Notes from #FutureFest18 — ‘Are smart cities broken? Reimagining urban technologies’
Below are notes from my introduction to the FutureFest18 session ‘Are smart cities broken? Reimagining urban technologies’ on July 16, 2018, a debate and discussion with Francesca Bria, Alison Powell, John Tolva. The session was recorded, so if video is released I will add it later.
Broken Smart Cities
- Are smart cities broken? Yes! But the real question is how we do better, by our cities, by our technologies and by our communities?
- We won’t try to define smart cities — the concept is too amorphous, too insubstantial, and founded largely on marketing crap from technology companies with short names.
- There have been plenty of attempts at ‘smart cities’ that you will be familiar with already: Songdo, Masdar, here in UK we have Manchester (quote: “We are planning to seriously ‘productise’ CityVerve. We will milk the branding and the findings”), Glasgow. Even Alphabet (f.k.a. Google) is getting in on the act in Toronto; also hundreds of initiatives in India and China. By many accounts, if not all, these leave a lot to be desired (especially when they become ‘surveillance cities’ rather than ‘smart cities’).
- On one hand we should be happy: the debate we in the industry had 5 or 6 years ago, trying to get people to talk about smart citizens not just smart cities, seems to have been settled, pretty much all ‘smart city’ initiatives claim to be about people, empowerment and engagement.
- Interestingly, if you talk to people involved in those initiatives, you will find that they all claim they are the only one that’s truly about people, and that all the others are not…
- There is plenty of material critiquing these initiatives, save it for another time.
Cities have to make radical decisions
- This is the time to talk about what does work, what has worked, how we make our cities better, while preserving the creativity, diversity and heterogeneity that makes them valuable and desirable; and specifically how technology can help, not hinder, the process. It’s not obvious. It’s fundamental to why we do what we do at Umbrellium.
- Crucial to get this right because cities, and the people who make decisions about the future of cities, are in a precarious place. Scale effects of: population change/migration/pressure; environmental change; technological change and by extension social change — so cities/decision-makers have to make good decisions and make them soon.
- All these mean that cities are under massive pressure to do something, do something quickly, maybe even radical.
- Yet cities (and decision-makers) cannot be seen to fail, to waste money, to experiment without impact. So when big technology companies come along and say they have the solution (and in some cases even come along with bags of money) it’s very difficult for a city to say no. A catch-22.
- The key is to develop an urban technology model that binds together cities’ need to change/adapt/respond with people’s need to understand/participate/make decisions — to a certain extent it requires embracing the idea of shared risk (which I’ve written about more in Mutually Assured Construction). If you want true innovation, that means taking risk, which means people have to be involved, which means you get more innovation. (Note: I don’t particularly like the word ‘innovation’).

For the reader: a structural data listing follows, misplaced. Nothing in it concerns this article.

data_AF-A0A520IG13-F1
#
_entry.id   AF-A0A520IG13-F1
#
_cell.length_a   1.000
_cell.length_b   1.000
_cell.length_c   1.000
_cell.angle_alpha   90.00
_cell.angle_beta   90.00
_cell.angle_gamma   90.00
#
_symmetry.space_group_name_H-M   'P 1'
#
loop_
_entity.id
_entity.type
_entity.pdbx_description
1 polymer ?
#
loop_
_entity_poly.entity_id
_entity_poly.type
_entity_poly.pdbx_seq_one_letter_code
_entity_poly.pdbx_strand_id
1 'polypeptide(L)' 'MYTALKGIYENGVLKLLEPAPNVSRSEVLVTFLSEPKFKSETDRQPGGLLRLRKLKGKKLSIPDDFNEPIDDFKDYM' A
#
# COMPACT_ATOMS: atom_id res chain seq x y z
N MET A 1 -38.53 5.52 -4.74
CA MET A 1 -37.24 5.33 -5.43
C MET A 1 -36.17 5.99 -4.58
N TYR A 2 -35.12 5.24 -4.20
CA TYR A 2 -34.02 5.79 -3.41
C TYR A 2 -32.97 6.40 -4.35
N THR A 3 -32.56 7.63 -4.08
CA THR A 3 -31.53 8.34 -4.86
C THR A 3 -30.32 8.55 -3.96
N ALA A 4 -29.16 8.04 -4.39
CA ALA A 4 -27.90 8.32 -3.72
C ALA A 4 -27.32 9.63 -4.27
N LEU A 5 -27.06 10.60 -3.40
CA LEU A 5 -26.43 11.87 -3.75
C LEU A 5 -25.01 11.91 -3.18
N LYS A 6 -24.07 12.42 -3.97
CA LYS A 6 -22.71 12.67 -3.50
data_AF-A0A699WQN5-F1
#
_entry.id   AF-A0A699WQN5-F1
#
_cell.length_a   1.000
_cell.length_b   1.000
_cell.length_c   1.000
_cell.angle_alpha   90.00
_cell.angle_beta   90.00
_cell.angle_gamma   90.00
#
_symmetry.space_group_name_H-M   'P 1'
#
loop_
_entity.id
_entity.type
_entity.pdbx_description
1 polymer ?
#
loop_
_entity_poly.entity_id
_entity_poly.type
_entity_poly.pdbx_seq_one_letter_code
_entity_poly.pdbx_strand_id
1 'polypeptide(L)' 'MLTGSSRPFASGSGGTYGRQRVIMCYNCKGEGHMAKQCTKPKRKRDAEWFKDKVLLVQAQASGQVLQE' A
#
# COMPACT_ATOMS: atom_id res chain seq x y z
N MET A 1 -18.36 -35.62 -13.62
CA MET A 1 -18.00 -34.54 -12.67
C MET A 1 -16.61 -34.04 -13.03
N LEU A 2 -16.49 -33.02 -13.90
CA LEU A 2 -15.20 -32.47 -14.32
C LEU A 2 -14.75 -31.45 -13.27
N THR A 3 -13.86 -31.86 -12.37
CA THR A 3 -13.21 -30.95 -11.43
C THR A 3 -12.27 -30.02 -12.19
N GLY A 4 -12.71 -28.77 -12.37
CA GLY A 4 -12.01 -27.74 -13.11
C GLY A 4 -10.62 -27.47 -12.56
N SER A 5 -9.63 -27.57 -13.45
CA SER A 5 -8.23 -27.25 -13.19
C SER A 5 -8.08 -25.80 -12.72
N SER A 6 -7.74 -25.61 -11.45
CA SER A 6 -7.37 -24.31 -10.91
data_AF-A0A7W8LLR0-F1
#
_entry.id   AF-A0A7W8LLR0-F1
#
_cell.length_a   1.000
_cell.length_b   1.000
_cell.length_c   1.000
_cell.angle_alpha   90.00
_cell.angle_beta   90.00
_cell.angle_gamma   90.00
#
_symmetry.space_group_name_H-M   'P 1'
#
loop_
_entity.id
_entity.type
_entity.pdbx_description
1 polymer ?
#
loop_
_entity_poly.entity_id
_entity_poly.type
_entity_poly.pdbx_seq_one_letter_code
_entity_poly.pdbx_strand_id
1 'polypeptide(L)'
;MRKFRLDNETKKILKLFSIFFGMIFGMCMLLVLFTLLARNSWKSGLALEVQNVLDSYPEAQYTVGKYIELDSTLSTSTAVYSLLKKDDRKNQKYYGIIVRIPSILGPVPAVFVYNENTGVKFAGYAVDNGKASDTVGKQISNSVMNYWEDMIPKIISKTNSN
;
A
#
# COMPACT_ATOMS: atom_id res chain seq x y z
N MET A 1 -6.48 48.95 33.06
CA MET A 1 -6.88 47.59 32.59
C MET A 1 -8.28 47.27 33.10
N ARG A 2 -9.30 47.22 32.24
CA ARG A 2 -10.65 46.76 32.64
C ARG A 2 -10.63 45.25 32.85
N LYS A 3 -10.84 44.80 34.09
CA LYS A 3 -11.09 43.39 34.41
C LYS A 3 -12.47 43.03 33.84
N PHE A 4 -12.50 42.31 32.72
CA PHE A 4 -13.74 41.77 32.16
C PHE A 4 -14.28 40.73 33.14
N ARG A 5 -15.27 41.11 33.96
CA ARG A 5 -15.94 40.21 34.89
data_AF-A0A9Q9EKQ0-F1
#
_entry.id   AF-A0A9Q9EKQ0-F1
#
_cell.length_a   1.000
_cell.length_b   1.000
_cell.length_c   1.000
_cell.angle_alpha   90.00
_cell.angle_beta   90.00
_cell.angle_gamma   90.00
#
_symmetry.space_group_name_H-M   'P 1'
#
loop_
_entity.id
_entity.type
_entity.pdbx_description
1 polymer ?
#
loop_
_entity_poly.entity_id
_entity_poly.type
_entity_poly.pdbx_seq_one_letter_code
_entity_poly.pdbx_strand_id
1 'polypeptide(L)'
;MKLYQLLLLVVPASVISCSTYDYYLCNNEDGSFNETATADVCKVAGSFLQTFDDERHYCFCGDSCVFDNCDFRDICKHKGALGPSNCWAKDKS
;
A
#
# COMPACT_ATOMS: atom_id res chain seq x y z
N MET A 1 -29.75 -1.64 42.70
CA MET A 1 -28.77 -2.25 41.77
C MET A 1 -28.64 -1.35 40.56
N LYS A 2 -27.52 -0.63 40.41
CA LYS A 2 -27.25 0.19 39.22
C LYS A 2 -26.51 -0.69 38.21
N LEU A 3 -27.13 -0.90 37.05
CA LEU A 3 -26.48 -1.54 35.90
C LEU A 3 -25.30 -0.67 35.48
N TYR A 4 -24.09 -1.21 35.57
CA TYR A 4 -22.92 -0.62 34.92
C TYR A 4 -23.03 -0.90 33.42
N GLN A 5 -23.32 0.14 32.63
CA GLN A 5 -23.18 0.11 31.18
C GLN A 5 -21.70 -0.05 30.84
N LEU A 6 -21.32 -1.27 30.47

Key questions for discussion
- How do cities/communities/people work together with and through technology, in a way that balances risk and reward, taking account of technology innovation models, city’s economic models and urban policy models, as well as how people are affected by change. My short answer is that having people/residents/citizens involved directly in technology project governance and decision-making is not just a ‘nice-to-have’, it’s an imperative for any viable and sustainable system — it helps derisk, improve and solidify an initiative; the complexity of it also builds trust.
- Given the pace of technological and social change, with very small groups (of not incredibly diverse) people sitting largely in Silicon Valley, are making huge decisions about the way we’re going to live in our cities — decisions that affect millions of others. How do we who live in cities, who create cities, who design urban technology systems, who make decisions that affect the futures of cities — how do we address the social and ethical implications, how do we grab the reins back? My short answer is that urban technology companies need to look much more at small-scale hyperlocal context-based technological solutions, not just monolithic one-size-fits-all platforms. Very surprised to see McKinsey making a similar argument recently in the Harvard Business Review.
- We have seen how large technology companies have set the agenda for the music and entertainment business; for mapping, navigation and personal data; for autonomous vehicles and transportation systems; and now we’re seeing them set the agenda for the very fabric of our future cities. In face of such behemoths, what then is the role of designers, technologist and urbanists — urban technologists who know just how messy and complex it is to work in cities (especially when you want to preserve some of that messiness and complexity) and how can that role be more than just oppositional? My short answer is to keep building for real, to avoid grand vision statements that feed marketing machines, to keep practising and interacting with real people in real streets in real cities. Make real world deployments — which large tech companies usually lack — the evidence to show that it works.
(Other questions: how do you measure ‘smart’ anyway, and why not measure ‘engaged cities?’; is there even a viable economic model for urban technology that suits city cashflow, technology innovation and community participation?)